Knowing something is of value is one thing. However, being able to prove the value is another kettle of fish.
This easement valuation challenge goes double since you are attempting to value an intangible, non-market benefit, and triple when it is the IRS you are trying to convince.
The developing trend against easement valuations was the subject of a recent Forbes article titled “Easement Valuations Not So Easy Anymore” If you have any possible interest in leaving an easement then it is a problem well worth your planning attention.
So what is an easement and why would you be interested in leaving one? Essentially, an easement is a charitable gift of the right to change your property, or anyone else’s right should they purchase it from you. If you own forested land in the country and you want to conserve that forest as it is instead of putting up a strip mall, then protect it with a conservation easement. If you own historic property in the city and you want to conserve that historic building as it is instead of allowing for yet another contemporary high-rise, then protect it with a conservation easement.
There are lots of hurdles to qualifying as an easement and there must be a charity to eventually run it. Regardless, value is the key hurdle to clear when taking a deduction for the donation without also ruining the value of the property itself. After all, just because you are foregoing utter capitalization of the property does not mean you were hoping to debase any value at all.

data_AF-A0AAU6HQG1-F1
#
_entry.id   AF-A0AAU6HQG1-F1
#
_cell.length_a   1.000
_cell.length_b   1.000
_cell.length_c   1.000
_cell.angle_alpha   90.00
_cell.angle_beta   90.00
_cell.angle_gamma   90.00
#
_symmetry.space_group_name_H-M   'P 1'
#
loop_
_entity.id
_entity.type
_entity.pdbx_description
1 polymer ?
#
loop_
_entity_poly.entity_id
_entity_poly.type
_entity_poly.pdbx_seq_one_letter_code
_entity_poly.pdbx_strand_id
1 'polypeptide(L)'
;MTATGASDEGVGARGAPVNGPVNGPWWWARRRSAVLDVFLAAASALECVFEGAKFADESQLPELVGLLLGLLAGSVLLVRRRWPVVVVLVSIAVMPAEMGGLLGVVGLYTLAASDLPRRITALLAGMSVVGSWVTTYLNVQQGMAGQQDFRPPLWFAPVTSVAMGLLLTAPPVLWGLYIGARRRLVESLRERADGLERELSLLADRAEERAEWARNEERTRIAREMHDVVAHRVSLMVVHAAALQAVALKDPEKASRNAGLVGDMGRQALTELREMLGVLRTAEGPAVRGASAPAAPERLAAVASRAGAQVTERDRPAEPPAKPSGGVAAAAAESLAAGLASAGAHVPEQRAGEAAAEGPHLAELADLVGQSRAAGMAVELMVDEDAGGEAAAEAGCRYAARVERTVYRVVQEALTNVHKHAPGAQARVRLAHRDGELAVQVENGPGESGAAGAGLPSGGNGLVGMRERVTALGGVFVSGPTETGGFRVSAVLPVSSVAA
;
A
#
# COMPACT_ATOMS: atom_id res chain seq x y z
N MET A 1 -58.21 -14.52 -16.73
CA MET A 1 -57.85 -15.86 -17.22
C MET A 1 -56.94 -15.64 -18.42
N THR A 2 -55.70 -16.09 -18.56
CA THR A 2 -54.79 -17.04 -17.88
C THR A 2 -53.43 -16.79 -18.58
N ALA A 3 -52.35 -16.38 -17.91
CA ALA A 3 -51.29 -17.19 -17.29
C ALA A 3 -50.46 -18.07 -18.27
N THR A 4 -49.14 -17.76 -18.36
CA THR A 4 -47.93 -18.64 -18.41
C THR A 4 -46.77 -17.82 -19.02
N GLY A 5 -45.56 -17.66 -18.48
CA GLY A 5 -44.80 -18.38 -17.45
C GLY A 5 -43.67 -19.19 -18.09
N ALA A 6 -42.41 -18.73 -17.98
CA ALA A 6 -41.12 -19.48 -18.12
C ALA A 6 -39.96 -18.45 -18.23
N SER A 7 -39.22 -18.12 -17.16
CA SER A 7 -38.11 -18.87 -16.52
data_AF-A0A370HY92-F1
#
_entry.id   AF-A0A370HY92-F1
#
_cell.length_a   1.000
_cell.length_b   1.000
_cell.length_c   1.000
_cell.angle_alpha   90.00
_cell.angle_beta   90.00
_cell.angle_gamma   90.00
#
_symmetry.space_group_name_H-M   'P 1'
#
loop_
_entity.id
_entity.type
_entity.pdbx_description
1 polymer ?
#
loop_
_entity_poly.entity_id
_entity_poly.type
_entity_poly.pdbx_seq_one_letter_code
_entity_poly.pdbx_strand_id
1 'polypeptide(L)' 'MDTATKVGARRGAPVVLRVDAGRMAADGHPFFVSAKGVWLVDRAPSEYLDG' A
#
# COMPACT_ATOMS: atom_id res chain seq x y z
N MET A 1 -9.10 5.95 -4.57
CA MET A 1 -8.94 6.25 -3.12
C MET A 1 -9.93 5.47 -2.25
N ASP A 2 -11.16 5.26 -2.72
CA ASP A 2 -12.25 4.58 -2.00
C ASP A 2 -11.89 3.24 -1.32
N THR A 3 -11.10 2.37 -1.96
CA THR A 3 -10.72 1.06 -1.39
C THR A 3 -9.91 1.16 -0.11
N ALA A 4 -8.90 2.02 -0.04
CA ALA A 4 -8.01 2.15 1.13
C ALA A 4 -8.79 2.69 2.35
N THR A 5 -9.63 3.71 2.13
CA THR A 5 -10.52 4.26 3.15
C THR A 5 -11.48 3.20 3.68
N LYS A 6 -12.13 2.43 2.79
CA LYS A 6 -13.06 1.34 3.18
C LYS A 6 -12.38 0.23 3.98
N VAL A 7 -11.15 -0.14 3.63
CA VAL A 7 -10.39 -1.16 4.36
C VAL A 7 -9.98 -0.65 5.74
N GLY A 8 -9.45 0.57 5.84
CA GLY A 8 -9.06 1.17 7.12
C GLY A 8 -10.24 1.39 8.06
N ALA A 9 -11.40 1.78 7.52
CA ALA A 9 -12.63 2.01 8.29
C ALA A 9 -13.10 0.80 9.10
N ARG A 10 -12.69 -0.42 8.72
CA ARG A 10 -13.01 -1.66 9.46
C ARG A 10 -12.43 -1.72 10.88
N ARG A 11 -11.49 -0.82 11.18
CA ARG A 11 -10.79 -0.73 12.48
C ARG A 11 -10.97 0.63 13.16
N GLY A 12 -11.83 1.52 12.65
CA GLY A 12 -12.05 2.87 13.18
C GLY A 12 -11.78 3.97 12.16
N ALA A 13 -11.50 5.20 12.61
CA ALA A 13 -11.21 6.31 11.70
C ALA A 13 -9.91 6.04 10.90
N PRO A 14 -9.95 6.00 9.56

As the original article points out, valuation has been a tricky game and it is only getting trickier. With nothing but rough estimates to live off of – there is no market rate for an “easement” after all – valuations fell to simple principles and the (hopeful) applications of percentages. This is what the IRS is now challenging.
No surprise there.
Read the original article for a better understanding of the cases in the works and the challenges now being levelled by the IRS against easement valuations. The bottom-line: this should underscore how important valuation is and how important it is to build your easement plan carefully.
Remember: “An ounce of prevention is worth a pound of cure.” When making your financial, tax and estate plans, do not go it alone. Be sure to engage competent professional counsel.
For more information about estate planning in Overland Park, KS (and throughout the rest of Kansas and Missouri) and to download free tools to help you organize your estate, visit my estate planning website.
Reference: Forbes (April 5, 2014) “Easement Valuations Not So Easy Anymore”